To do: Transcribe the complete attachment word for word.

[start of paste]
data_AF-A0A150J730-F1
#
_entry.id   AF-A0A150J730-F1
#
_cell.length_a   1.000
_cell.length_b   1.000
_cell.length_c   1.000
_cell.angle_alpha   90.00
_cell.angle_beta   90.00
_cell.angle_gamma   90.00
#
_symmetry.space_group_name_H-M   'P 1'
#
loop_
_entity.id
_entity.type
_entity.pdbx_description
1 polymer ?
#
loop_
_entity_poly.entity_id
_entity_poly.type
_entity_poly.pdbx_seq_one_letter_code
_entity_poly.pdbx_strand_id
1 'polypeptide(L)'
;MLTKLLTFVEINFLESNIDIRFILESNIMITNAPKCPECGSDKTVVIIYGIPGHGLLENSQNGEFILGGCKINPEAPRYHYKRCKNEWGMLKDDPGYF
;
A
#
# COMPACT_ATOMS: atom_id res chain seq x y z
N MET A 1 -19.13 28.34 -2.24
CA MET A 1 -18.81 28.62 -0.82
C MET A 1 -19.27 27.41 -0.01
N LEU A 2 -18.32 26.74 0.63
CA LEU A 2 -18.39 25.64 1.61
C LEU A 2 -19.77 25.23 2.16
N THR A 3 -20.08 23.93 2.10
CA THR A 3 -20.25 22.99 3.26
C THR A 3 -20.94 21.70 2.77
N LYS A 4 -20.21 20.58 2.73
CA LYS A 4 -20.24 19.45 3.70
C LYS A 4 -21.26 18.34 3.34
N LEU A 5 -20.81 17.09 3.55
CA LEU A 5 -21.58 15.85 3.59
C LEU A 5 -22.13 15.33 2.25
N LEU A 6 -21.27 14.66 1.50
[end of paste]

data_AF-A0A150J730-F1
#
_entry.id   AF-A0A150J730-F1
#
_cell.length_a   1.000
_cell.length_b   1.000
_cell.length_c   1.000
_cell.angle_alpha   90.00
_cell.angle_beta   90.00
_cell.angle_gamma   90.00
#
_symmetry.space_group_name_H-M   'P 1'
#
loop_
_entity.id
_entity.type
_entity.pdbx_description
1 polymer ?
#
loop_
_entity_poly.entity_id
_entity_poly.type
_entity_poly.pdbx_seq_one_letter_code
_entity_poly.pdbx_strand_id
1 'polypeptide(L)'
;MLTKLLTFVEINFLESNIDIRFILESNIMITNAPKCPECGSDKTVVIIYGIPGHGLLENSQNGEFILGGCKINPEAPRYHYKRCKNEWGMLKDDPGYF
;
A
#
# COMPACT_ATOMS: atom_id res chain seq x y z
N MET A 1 -19.13 28.34 -2.24
CA MET A 1 -18.81 28.62 -0.82
C MET A 1 -19.27 27.41 -0.01
N LEU A 2 -18.32 26.74 0.63
CA LEU A 2 -18.39 25.64 1.61
C LEU A 2 -19.77 25.23 2.16
N THR A 3 -20.08 23.93 2.10
CA THR A 3 -20.25 22.99 3.26
C THR A 3 -20.94 21.70 2.77
N LYS A 4 -20.21 20.58 2.73
CA LYS A 4 -20.24 19.45 3.70
C LYS A 4 -21.26 18.34 3.34
N LEU A 5 -20.81 17.09 3.55
CA LEU A 5 -21.58 15.85 3.59
C LEU A 5 -22.13 15.33 2.25
N LEU A 6 -21.27 14.66 1.50